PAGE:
This is an experience Chris Galarza could relate to, from working as a professional chef in various commercial settings. After making the switch to an all-electric kitchen utilizing induction equipment at Chatham University’s Eden Hall campus (the World’s first fully self-sustained university campus), he witnessed the positive difference in the physical and mental health of himself and his staff. He now advocates for electric cooking being a much healthier, safer, cost-effective, and energy efficient option.

In this episode, Kelly and Chris talk through some electric-kitchen-myth-busting, and ultimately answer the question “is moving away from gas and fire in the kitchen really that radical an idea or does it just make perfect sense?”

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NYC Building Energy Letter Grades: What Property Managers Need to Know

Building energy efficiency labels are now available for property owners of large NYC buildings to download and post in their lobbies. Each year, the labels will be available on October 1st and must be posted by October 31st. Failure to display the label for applicable buildings by the October 31st deadline will result in a violation from the Department of Buildings and fine of $1,250.

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Interesting Elements: A Modeling View on Net Zero Homes

I recently performed some net zero energy modeling on a single-family home for work. Around the same time, I got to chatting with my neighbor (mindful of social distancing) and when I mentioned net zero,  he said, “Is that even possible?” AH! Get the word out. We have the means to offset our home energy use. What follows are the basics to consider when trying to fully offset home energy along with a breakdown of how different upgrades can affect energy use.

There are lots of resources available on how to reduce home energy use. You can look at program requirements and guidelines like the Zero Energy Ready Program or Passive House. Through modeling I will demonstrate how the energy use numbers change and describe what we have seen in real-world examples of net zero homes. Net zero is not new and we’ll be looking at some specific pieces of single family home modeling.

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How to Talk Windows with a Passive House Nerd

Before we get into this topic, please take a few seconds to consider the following questions:

  • Do you plan to work, or have you ever worked, on a Passive House building? (If not, the rest of your answers are probably no.)
  • Has your Passive House consultant ever told you that the window U-Value you provided “won’t work in their energy model?”
  • Has your Passive House consultant ever told you that your window “doesn’t meet the comfort criteria?”
  • Have you ever scratched your head when someone asked you to provide the “Psi-spacer” for your window?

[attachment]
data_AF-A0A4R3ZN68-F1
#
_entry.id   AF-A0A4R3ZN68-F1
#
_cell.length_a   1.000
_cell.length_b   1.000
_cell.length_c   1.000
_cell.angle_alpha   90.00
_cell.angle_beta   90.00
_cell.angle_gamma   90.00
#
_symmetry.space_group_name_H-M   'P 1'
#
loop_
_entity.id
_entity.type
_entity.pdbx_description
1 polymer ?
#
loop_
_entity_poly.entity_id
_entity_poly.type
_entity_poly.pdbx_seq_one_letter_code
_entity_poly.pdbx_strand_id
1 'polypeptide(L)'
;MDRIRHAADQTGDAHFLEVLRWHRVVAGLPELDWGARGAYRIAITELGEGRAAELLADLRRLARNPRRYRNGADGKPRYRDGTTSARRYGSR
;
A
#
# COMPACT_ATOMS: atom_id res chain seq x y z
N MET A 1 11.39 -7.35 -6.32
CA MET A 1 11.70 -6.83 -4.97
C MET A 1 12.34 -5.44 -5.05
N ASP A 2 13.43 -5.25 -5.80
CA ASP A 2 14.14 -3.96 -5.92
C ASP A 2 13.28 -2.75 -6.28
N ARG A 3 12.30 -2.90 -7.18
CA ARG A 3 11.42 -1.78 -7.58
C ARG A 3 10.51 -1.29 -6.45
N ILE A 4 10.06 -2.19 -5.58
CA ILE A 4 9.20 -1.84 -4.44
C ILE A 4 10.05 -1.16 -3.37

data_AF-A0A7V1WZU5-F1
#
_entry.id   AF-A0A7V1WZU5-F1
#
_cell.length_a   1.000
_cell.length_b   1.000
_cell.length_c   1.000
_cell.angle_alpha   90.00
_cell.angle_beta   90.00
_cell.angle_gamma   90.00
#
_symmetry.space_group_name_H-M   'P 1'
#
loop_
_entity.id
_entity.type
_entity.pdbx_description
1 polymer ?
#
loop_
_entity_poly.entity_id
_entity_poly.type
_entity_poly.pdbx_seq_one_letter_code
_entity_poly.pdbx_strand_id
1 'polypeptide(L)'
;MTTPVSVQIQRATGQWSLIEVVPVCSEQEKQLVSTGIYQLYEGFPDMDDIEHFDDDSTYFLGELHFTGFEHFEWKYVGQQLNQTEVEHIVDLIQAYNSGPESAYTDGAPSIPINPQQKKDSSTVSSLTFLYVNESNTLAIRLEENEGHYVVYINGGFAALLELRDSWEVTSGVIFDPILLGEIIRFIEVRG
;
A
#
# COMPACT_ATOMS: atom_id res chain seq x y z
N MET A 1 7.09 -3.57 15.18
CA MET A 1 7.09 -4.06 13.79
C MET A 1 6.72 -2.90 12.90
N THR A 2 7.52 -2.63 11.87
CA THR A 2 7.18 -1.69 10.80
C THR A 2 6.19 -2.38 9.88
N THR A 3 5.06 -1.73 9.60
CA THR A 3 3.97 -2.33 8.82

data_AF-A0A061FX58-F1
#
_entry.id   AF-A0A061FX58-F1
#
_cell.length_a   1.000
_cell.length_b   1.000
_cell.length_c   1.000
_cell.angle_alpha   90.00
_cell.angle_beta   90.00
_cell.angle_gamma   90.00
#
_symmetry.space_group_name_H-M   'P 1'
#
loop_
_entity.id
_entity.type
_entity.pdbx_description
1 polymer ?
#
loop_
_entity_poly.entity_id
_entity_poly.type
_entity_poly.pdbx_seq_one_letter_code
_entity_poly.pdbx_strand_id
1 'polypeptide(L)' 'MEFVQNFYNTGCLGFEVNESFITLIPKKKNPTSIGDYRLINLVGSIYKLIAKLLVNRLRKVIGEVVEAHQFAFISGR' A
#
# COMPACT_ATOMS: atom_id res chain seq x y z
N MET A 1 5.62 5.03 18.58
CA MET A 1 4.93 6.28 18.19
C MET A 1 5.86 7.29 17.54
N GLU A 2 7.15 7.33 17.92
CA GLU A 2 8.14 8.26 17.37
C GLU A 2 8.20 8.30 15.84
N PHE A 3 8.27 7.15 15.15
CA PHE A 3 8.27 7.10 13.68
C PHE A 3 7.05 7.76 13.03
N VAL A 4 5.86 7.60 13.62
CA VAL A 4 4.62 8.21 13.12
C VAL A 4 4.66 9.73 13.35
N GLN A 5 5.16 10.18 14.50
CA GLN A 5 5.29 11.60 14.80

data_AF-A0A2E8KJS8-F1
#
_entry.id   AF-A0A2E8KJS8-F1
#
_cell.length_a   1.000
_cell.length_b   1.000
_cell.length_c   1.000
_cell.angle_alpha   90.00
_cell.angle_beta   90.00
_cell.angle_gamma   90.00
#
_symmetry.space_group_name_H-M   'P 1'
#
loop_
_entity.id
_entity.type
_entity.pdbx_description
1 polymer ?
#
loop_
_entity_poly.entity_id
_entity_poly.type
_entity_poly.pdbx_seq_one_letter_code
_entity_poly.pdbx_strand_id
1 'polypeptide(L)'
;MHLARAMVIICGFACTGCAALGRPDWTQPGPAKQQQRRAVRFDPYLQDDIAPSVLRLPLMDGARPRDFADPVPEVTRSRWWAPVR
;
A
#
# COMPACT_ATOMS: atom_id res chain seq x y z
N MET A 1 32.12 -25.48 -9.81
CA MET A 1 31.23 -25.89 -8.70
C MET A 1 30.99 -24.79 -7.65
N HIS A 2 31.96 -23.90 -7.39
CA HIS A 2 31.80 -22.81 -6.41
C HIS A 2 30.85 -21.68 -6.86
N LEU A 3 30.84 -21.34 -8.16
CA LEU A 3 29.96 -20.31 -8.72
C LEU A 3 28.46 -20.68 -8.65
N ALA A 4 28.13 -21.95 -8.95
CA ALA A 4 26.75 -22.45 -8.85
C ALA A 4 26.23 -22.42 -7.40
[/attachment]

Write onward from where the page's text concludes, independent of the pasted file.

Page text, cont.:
If you answered yes to two or more of these queries, please read on. If not, you’ll still learn some useful information, so why not continue?

If you’re still reading, then you are probably somewhat familiar with a “U-Value” and you may know what “SHGC” means. If not, no worries. This article will explain both, and by the end you’ll be able to talk about these terms with most Passive House nerds.

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The 3 Most Important Design and Construction Considerations for Senior Living Facilities

Last year, a young New Zealand lawmaker shut down a fellow member of parliament who was heckling her climate change speech with two words: “OK, Boomer.” This simple phrase started an online wildfire and ignited a conversation about the generation known as “baby boomers.” Born just after World War II, this demographic represents a period of growth, hope, and prosperity. The building, real estate, and senior housing industry has been thinking about the boomer generation for a while now. Between the years 1946 and 1964, 76 million babies were born. Every day until 2030, 10,000 of these individuals will turn 65, which means they will likely be retiring, and eventually considering how and where they want to age. This poses the question: how are we going to meet the growing demand for housing and care for this population?

image of senior couple holding hands and walking

Important Considerations for Senior Living

Whether you or someone you love is considering staying in their home as they age or moving into a senior living facility, there are a few important factors to keep in mind. SWA services for senior living revolve around the following three factors:

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Net Zero and Electrification

Net zero” can mean a lot of different things depending on what you choose to measure – zero energy usage, zero carbon emitted, zero lifecycle impact, etc.

At Steven Winter Associates, Inc. (SWA), we work with clients who are approaching net zero from different angles: driven by institutional goals, climate concerns, marketing campaigns, and connecting with municipal emissions targets. One thing we see over and over is that super high performance is difficult to achieve, but with a key simplification – there are not many ways to do it. All roads may lead to Rome but the closer you get, the fewer roads there are to take.